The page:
Drink in Style: Cream Ale

April 21st, 2011 · No Comments · Chris Clemetson, General Beer News

This recurring BJCP style profile series is brought to you by new SBN contributor Chris Clemetson. 

Photo of Hale's Cream Ale thanks to sheridanzig on Flickr.

This week we spotlight the Beer Judge Certificate Program (BJCP) style 6A – Cream Ale.  Cream Ale is a pre-prohibition style that falls under the light hybrid category.  The style seems to have developed in America to compete with the rising popularity of the lagered beers that were becoming popular.  They were brewed to be light but could be fermented at higher temperatures than lagers using ale yeast, or an ale and lager yeast combination.

What the BJCP style guide says:

Classic American (i.e., pre-prohibition) Cream Ales were slightly stronger, hoppier (including some dry hopping) and more bitter (25-30+ IBUs).  Most commercial examples are in the 1.050–1.053 OG range, and bitterness rarely rises above 20 IBUs.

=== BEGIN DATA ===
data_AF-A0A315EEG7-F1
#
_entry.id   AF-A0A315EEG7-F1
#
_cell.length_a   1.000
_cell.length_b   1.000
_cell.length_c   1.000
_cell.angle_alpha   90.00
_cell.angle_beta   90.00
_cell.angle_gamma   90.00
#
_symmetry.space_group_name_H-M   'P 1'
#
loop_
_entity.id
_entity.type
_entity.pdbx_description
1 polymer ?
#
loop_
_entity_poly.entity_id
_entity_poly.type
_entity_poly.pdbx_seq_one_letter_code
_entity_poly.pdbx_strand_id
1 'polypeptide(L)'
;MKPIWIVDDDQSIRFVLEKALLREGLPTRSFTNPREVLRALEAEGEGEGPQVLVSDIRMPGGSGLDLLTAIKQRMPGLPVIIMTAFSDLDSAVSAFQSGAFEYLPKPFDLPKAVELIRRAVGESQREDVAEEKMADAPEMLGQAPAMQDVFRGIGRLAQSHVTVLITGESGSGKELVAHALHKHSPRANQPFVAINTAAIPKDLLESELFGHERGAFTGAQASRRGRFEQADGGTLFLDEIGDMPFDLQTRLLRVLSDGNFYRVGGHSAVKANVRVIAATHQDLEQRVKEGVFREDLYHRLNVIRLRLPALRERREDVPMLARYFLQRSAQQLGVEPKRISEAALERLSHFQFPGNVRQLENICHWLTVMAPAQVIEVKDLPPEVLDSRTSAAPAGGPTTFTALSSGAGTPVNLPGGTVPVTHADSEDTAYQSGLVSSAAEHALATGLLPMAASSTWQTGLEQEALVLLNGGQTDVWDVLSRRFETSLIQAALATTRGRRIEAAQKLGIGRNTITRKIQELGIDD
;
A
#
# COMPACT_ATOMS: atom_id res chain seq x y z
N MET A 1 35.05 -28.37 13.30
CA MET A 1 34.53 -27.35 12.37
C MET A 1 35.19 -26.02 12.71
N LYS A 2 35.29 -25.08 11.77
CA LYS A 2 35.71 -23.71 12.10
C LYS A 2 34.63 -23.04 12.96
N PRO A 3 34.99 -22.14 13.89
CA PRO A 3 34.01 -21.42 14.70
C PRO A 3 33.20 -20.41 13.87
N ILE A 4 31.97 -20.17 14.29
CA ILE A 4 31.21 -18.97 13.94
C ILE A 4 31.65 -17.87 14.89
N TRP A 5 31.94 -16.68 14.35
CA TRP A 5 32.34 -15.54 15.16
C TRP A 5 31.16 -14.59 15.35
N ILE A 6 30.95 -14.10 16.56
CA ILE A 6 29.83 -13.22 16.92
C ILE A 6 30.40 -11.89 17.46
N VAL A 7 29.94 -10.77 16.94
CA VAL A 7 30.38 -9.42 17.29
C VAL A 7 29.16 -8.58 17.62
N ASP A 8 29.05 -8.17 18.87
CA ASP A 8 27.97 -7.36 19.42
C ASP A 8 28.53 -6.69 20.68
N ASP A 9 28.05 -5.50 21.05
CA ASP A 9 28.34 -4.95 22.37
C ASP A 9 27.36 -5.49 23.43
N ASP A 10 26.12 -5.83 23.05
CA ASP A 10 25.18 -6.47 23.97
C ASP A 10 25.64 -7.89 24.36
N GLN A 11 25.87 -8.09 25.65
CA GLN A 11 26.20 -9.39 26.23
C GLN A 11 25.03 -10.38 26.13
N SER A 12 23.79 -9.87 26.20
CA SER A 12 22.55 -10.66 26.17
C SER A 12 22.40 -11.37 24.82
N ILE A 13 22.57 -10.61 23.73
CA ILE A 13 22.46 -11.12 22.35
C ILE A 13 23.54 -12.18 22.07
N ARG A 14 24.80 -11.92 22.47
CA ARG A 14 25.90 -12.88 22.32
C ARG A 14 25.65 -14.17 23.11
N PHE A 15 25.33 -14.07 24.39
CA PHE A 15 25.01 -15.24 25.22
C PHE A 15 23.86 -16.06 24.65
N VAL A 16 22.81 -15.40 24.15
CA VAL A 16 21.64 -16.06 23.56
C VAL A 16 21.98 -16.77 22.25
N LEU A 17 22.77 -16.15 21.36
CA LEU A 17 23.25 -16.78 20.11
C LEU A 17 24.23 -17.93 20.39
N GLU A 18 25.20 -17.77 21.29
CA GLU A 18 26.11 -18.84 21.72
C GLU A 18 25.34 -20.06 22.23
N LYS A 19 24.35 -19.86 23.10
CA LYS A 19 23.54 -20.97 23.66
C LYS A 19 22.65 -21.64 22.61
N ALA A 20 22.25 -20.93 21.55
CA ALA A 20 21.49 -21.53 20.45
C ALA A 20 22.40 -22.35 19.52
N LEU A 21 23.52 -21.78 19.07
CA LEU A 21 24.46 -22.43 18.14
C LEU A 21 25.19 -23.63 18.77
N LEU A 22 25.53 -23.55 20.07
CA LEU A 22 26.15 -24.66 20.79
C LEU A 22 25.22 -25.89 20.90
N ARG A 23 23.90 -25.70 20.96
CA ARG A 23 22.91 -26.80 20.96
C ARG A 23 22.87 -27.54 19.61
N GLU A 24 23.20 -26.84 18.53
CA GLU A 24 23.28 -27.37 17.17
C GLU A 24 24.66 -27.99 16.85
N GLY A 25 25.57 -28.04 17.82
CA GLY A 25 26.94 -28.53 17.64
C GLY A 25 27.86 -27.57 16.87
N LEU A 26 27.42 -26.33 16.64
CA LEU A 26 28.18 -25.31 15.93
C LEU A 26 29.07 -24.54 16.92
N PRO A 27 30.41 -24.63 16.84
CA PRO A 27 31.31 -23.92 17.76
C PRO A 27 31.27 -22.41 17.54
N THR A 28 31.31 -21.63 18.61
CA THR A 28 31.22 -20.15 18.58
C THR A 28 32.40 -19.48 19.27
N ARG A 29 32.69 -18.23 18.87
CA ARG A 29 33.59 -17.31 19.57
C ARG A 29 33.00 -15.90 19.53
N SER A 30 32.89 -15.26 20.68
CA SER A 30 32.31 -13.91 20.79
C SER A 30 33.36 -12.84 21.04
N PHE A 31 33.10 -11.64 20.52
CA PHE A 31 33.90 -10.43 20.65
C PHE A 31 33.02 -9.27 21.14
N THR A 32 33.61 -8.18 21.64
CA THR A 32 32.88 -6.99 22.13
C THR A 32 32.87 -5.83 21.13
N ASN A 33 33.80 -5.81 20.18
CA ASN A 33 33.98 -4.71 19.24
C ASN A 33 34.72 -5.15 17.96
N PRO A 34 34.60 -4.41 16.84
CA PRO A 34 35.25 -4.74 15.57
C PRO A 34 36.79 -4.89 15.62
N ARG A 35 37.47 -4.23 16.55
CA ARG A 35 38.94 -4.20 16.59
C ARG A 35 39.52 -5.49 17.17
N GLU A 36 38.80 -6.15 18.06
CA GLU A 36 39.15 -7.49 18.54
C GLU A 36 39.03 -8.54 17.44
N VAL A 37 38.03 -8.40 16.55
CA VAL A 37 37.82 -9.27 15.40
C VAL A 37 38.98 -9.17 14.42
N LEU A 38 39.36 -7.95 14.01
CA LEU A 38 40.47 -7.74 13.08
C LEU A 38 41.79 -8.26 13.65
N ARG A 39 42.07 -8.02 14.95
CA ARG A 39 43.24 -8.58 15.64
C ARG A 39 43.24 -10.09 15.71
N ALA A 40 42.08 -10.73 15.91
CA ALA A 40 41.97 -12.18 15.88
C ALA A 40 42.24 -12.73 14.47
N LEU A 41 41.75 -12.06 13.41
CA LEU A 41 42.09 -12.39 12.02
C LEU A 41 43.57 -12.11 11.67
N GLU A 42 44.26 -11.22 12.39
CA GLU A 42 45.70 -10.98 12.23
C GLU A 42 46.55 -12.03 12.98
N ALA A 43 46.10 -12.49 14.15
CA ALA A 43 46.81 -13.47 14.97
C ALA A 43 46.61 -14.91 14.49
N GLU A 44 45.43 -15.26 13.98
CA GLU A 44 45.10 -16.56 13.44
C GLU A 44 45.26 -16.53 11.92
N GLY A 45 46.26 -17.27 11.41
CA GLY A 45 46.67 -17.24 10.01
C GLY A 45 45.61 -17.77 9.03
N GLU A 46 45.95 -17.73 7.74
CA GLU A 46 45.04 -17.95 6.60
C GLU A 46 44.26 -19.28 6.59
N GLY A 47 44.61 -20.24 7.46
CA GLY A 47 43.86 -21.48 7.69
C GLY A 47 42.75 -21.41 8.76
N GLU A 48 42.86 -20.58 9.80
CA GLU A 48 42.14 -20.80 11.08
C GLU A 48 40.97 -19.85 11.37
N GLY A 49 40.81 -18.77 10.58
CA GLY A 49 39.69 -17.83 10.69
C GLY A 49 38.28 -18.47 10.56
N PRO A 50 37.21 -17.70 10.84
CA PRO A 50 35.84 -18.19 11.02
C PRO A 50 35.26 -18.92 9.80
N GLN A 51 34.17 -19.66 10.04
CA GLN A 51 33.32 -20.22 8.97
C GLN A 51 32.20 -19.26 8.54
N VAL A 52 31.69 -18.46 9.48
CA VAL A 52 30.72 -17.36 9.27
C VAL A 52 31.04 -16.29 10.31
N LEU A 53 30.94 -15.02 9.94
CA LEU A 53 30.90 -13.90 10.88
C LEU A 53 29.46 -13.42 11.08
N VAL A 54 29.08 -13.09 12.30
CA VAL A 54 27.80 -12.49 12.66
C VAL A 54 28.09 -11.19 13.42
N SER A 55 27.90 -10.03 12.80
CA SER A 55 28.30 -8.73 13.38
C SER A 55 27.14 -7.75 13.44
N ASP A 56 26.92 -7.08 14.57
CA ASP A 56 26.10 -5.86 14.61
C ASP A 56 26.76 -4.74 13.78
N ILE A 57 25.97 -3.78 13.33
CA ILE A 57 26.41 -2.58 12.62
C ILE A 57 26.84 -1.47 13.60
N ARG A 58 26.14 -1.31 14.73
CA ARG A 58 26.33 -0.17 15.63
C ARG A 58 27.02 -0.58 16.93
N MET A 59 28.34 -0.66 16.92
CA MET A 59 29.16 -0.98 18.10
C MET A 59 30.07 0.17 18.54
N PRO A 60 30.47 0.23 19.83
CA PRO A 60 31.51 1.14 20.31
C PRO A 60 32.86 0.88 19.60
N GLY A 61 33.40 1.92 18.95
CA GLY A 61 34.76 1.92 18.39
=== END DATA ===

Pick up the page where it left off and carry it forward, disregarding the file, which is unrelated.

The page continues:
Thoughts on the Style:

Cream Ales are an approachable style that are an easy drinking and refreshing beer.  The style is usually under 6% ABV and has a very mild hop profile.  It is light in color and has a malt profile on the sweet side, often with the addition of adjunct grains like corn and rice.  Variations of the style may have citrus and floral notes.  This is a beer that is enjoyable on a nice warm summer day (whatever that is; could we please have spring start soon?).  It is also a good beer to suggest to your macro brew drinking friends to help them venture out into craft beers.

Local examples of the style:

Hales Cream Ale can be found on tap many places around Seattle and is an excellent example of the style.  It is poured from a nitro tap giving the beer a creamy head that compliments the beer.

Other examples include:

Laughing Dog Brewing’s Cream Ale

Anderson Valley Summer Solstice Cerveza Crema


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